These employees have a number of possible motivations, and probably a mix of all of them
To capture some of the value from selling the idea
To capture some of the capital from the investor
To benefit directly from the idea and it’s value
To support the efforts of the founder
To support the efforts of the investor
To support the efforts of other employees
To send signals to external parties (for example governments, other companies)
To create value from a different idea.
From the perspective of the founder, motivations 3 and 4 are probably aligned (since in 3 they may pay/work for lower salaries), and motivations 1 and 8 can be actively harmful (less value remains for the founder to capture).
From the perspective of the investor, motivations 4, 5, and 8 are aligned, and motivations 1 and 2 are actively harmful.
From the perspective of society at large, motivations 3 and 8 are aligned, while motivation 7 is suspect.
From the perspective of employee self-interest, motivations 1, 2, and 7 are aligned.
From the perspective of employee reputation, motivations 6 and 8 are best aligned while 1 and 2 may be less aligned.
So let’s look at some (hypothetical) real world events in the context of a toy model.
A team of engineers sees a way to increase engagement on their component in a way that differs from the plan.
The engineers see this as a way to support the core idea, (4), and they see their own ideas (8), adding value because of this. They may also be motivated by increasing their contribution, so they can increase their share of the value (1).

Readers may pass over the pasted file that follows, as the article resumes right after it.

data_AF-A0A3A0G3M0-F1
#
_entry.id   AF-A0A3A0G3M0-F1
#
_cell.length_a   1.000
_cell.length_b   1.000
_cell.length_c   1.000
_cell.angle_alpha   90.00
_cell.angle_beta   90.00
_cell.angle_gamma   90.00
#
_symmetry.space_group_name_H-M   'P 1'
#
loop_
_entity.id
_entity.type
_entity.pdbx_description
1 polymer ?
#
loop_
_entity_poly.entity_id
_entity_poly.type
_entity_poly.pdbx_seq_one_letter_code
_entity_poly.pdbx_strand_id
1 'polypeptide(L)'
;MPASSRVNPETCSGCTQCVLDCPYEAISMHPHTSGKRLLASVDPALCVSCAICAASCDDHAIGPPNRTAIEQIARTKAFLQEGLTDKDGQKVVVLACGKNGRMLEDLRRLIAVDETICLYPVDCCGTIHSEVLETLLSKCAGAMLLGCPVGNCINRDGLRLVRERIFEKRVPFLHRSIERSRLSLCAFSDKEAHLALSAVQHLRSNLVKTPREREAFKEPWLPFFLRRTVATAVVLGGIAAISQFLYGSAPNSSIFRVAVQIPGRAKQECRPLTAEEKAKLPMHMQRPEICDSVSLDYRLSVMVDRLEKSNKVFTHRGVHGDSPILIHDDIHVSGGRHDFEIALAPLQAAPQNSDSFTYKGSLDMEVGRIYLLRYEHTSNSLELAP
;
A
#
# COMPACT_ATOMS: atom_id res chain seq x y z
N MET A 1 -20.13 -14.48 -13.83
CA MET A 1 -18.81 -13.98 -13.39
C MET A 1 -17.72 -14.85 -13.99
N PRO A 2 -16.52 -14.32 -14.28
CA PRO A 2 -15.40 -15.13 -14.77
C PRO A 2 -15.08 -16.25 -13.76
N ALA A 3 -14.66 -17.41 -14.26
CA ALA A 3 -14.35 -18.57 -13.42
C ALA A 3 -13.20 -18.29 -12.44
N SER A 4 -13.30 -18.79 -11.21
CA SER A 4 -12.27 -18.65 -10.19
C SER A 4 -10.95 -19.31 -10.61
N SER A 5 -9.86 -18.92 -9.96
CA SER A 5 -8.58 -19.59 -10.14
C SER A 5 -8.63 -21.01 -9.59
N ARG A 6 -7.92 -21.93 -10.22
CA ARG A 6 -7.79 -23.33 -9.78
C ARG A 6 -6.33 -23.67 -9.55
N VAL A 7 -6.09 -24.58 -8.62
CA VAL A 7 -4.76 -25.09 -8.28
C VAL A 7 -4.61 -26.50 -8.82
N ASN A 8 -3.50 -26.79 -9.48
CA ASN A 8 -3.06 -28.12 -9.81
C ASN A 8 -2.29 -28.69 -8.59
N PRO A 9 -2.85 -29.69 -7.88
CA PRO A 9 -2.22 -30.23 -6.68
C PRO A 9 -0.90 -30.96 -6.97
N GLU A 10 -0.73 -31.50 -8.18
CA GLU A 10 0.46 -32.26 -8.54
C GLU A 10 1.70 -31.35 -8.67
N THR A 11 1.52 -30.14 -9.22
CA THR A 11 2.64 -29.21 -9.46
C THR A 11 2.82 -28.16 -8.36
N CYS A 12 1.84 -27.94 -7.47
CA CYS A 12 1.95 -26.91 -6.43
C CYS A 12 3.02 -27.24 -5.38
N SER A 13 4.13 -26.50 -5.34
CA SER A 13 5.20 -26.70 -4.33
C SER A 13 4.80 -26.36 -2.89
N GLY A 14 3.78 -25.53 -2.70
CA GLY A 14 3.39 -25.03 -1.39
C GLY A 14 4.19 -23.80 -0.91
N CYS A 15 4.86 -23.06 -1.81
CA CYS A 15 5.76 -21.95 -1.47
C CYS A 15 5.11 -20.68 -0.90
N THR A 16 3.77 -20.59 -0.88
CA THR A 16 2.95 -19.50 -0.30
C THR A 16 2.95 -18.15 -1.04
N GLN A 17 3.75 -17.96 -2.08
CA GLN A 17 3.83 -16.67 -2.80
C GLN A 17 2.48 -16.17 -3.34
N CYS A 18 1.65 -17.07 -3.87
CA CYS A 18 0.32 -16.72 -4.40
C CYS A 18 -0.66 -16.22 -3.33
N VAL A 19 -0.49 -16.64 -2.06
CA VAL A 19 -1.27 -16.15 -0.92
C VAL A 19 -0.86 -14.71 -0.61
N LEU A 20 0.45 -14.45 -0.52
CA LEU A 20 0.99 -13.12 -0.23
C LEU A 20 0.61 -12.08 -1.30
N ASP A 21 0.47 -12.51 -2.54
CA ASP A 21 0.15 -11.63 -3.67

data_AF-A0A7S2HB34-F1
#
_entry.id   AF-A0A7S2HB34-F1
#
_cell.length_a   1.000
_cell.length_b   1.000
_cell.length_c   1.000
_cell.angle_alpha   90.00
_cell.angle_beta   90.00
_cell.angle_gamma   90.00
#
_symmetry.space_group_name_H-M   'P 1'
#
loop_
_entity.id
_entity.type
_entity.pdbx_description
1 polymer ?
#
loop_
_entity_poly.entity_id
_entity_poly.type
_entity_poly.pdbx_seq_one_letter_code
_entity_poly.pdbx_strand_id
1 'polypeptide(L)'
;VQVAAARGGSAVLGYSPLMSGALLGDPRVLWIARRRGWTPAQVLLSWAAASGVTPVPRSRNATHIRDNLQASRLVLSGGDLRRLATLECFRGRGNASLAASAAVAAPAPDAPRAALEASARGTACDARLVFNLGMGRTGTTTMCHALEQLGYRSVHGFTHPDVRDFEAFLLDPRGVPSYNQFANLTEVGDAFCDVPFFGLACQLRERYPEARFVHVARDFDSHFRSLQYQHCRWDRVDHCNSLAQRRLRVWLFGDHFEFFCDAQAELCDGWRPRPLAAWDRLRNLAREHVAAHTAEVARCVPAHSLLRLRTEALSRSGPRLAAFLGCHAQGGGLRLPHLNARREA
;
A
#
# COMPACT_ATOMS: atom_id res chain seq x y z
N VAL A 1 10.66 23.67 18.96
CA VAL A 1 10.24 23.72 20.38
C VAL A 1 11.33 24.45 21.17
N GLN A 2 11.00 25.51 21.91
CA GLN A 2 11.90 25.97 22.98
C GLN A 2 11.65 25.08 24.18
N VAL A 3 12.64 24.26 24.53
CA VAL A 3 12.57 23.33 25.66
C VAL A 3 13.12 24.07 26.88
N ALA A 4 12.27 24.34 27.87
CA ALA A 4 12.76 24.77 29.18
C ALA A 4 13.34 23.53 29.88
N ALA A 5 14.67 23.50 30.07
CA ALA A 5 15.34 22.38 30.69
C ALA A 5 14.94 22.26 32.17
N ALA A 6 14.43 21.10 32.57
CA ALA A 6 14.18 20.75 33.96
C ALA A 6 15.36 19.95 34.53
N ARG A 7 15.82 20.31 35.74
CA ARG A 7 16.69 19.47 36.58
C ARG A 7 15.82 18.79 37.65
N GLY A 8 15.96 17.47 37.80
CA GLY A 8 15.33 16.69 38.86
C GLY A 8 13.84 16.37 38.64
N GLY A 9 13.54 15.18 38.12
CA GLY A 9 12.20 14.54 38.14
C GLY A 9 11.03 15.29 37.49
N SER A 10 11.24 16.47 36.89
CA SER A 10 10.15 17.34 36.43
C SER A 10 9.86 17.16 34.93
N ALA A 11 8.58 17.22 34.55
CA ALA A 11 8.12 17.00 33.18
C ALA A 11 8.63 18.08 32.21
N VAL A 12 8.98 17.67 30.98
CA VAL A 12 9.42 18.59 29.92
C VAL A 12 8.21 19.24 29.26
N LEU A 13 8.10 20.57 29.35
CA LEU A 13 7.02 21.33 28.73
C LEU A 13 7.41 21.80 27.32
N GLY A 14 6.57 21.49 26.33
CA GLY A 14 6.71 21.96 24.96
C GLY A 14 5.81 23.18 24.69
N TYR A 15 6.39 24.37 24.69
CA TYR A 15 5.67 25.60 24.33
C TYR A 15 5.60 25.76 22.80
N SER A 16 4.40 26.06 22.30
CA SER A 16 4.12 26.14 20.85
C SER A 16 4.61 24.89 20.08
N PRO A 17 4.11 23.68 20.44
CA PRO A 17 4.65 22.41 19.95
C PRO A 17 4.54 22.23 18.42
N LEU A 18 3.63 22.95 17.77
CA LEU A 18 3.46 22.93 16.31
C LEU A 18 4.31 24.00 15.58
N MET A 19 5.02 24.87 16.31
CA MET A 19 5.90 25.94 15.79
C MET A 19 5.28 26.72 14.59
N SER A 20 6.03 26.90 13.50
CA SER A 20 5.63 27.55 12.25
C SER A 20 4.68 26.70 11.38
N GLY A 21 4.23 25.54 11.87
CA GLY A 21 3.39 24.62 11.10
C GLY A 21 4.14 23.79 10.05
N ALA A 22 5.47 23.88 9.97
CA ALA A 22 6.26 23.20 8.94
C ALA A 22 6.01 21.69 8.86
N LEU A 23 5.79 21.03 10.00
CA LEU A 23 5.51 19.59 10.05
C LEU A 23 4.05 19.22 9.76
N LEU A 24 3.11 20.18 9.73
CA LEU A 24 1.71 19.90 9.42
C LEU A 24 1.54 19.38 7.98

Once they have this idea, gathering together around it is supported by 6.
Importantly though, this only satisfies 8 IF optimizing for engagement (the imperfect proxy they are given) actually adds value to the idea (3).
Otherwise, the change might actually damage the company’s overall value proposition by overoptimizing a piece.
This individual team often doesn’t understand the core value proposition. For something like Facebook clicks, it’s not clear that even the founder understands the core value proposition.
Supervision in this case could work. If you have a high level executive who cares (because of his investment incentives) about how much value the company overall generates, AND that executive has the ability to measure whether the change overall adds value (for example, by doing UX research and getting a holistic picture of what the value is), the executive could observe that “build a tool that finds posts that are fairly clickable” adds value but “build a tool that finds posts that are MAXIMALLY clickable” reduces value.
This is at least a much shorter, easier to verify statement than the full details of differences between possible tool implementations.
My impression is that this doesn’t happen in practice, which could be why clickbait is such a problem?
Are there real life examples of anti-goodharting based on user studies? What I have seen in practice is usually more like measuring a range of different types of clickiness, and hoping that broadening in this way reduces over-optimization.
An ethics researcher discovers that part of the software that implements the company’s idea actually destroys some value. They bring this concern to their manager.
The ethics researcher is trying to enhance 3 and 4, possibly directly in response to the previous case. In this case, they are working directly against 6, and creating a zero sum game with other employees for 1, because credit assignment would mean reducing how much of the value the people who wrote this tool are capturing. However, if the value destruction is a secret, then the investor may not care, because it won’t affect how well the company can sell itself.